The second is a vintage silver chain made in the 60’s, which he bought at an auction from the descendants of the original maker. It was thrilling to bid, and to be part of the story of such a wonderful item, but he goes to auctions for his work and not everyone is confident in the auction environment.
The third is a handmade necklace with clusters of coloured stones that he bought secretly at a craft fair we visited together. It’s not pricey but it’s my favourite colours which he carefully checked, and I’ve had it nearly a decade as result.
The last is a just a little E, hung on a chain. It was bought for when my son was born, but it reminds me of the intensely emotional time when our family had a new human in it. I have owned and discarded many pieces of jewellery, but these four will never go, and as the number of special ones goes up, the number of throwaway jewellery I buy goes down because they seem a little empty compared to when I wear things with such history to them.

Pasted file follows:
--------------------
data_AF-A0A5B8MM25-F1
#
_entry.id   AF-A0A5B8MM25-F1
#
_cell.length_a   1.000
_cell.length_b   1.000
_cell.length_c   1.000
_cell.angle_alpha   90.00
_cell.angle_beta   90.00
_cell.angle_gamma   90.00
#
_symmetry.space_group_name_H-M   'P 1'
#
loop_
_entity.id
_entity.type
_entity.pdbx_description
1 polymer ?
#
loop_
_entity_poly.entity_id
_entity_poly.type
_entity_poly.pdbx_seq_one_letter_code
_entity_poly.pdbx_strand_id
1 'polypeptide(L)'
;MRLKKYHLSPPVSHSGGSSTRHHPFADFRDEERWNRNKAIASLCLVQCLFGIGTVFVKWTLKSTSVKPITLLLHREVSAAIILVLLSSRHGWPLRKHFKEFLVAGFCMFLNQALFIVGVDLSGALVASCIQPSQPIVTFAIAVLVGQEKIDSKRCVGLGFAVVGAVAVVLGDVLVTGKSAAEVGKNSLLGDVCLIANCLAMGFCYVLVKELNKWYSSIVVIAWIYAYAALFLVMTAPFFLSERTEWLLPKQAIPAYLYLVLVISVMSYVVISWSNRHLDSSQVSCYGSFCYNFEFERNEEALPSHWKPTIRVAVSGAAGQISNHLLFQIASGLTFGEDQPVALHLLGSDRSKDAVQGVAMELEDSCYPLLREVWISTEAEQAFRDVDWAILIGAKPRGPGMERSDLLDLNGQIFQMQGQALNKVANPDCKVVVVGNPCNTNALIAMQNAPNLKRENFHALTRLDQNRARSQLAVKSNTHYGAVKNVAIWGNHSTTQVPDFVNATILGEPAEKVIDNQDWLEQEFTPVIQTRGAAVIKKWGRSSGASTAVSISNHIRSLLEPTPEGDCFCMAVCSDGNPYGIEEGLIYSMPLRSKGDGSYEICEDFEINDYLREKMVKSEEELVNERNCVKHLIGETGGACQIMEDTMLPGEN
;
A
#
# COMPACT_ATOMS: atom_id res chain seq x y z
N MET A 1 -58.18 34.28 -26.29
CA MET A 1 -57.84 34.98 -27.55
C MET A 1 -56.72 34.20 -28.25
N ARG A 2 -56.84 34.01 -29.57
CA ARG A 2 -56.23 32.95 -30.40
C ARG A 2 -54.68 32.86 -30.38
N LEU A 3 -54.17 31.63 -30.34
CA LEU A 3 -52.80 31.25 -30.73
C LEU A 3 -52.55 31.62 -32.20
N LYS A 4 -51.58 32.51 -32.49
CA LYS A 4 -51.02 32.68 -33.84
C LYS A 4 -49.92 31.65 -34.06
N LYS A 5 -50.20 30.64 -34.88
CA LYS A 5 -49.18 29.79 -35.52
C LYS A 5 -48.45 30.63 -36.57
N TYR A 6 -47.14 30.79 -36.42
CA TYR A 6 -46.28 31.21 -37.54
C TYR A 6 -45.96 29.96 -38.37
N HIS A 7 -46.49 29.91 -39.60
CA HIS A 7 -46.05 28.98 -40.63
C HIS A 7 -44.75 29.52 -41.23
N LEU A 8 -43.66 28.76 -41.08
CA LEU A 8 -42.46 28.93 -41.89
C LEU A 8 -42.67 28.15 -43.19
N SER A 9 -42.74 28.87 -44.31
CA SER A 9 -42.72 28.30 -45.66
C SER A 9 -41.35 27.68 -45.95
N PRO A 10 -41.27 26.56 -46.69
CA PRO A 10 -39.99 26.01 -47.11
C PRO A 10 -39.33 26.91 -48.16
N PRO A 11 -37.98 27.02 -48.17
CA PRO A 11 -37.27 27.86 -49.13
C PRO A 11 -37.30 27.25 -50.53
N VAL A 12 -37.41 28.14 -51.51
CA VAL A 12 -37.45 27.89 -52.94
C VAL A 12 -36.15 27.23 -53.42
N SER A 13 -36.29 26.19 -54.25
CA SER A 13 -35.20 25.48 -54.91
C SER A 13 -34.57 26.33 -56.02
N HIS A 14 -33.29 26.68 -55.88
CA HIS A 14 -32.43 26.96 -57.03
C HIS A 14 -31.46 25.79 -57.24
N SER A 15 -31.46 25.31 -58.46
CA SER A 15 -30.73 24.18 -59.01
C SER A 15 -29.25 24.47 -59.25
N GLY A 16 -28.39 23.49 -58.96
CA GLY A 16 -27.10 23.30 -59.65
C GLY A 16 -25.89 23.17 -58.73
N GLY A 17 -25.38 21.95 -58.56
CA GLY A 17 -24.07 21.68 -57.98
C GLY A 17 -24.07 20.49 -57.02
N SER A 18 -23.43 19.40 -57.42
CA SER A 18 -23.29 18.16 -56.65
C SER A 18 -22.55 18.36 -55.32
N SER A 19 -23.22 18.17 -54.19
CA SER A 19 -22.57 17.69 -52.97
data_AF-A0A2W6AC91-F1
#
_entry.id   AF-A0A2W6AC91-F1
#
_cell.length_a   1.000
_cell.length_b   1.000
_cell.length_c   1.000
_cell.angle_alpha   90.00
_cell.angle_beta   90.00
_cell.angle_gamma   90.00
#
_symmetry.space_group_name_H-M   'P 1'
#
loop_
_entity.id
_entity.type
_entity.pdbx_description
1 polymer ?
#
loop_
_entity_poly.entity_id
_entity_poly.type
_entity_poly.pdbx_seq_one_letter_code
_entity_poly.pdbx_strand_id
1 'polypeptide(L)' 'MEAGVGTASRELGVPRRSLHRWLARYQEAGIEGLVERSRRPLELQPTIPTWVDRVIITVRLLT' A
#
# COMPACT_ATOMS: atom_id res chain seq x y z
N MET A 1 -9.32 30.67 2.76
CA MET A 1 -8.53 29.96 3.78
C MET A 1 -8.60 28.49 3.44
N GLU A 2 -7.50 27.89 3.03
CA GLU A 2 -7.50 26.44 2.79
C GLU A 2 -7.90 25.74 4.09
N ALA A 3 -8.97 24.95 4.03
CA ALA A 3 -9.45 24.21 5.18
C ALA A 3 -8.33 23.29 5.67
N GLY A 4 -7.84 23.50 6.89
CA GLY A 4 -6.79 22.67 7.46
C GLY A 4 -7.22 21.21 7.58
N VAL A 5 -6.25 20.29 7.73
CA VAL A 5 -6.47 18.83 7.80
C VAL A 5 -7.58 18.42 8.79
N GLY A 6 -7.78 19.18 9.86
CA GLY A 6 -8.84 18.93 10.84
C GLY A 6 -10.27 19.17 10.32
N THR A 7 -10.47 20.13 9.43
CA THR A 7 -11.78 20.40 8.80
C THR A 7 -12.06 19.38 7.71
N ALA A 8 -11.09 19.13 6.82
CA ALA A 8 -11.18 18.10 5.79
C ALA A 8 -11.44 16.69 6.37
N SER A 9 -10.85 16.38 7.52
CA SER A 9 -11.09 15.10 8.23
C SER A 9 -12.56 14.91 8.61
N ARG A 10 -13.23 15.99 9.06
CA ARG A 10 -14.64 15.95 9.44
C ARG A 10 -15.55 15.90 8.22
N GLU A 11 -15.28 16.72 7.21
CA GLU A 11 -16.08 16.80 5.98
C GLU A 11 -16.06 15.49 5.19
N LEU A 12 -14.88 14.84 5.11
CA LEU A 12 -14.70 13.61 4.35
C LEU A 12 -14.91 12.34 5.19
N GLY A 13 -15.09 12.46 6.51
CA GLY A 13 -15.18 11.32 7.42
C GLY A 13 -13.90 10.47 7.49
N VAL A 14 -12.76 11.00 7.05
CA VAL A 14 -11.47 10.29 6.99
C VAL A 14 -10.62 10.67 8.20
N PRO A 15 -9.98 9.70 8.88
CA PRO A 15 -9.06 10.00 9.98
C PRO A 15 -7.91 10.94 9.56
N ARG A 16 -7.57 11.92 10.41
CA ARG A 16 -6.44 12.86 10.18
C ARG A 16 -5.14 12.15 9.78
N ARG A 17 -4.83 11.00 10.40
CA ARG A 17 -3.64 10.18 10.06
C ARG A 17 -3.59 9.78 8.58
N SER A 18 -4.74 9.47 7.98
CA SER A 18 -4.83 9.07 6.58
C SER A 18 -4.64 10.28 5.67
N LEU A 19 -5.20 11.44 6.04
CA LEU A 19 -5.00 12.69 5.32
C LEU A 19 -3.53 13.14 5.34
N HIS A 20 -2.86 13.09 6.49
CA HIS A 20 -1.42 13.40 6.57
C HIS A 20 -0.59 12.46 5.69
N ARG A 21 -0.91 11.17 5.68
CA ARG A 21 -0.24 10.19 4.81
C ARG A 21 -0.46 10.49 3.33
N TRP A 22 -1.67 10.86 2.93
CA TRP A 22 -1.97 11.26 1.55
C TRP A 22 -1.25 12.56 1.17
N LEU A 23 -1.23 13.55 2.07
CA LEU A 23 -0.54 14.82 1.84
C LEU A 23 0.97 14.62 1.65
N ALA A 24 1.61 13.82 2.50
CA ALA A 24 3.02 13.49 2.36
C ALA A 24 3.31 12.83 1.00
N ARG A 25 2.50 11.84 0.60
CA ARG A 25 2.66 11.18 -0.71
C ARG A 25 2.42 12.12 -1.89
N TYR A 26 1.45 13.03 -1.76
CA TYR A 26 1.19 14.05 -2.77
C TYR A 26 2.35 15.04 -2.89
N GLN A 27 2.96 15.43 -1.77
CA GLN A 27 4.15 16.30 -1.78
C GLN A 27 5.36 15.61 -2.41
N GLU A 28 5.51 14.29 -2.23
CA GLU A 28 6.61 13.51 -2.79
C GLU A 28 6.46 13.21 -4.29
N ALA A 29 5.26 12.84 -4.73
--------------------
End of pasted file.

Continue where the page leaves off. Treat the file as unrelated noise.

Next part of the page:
Your pounds support individual makers and small businesses.
There is absolutely nothing wrong with using your spending power to support another creative maker. In fact, it’s one of the best things you can do for our blossoming craft industry. And every time you buy from an independent small business, there is a human being doing a little whoop, not only because of the income but also because someone else likes what they do. Let me just reassure you, it’s exhilarating when someone buys something you’ve put your heart and soul into creating, workshops included!
If you can buy direct from a maker at a stall or market, brilliant, but online is just as good. When I shop online, the seller information is a crucial factor in deciding who to buy from. I read them avidly and I love it when there’s a picture of the person who made the gift, or the story of how they and their business got started. I can’t tell you how excited I am when I get an item in the post that has been made from start to end by someone just for me, it’s so exciting!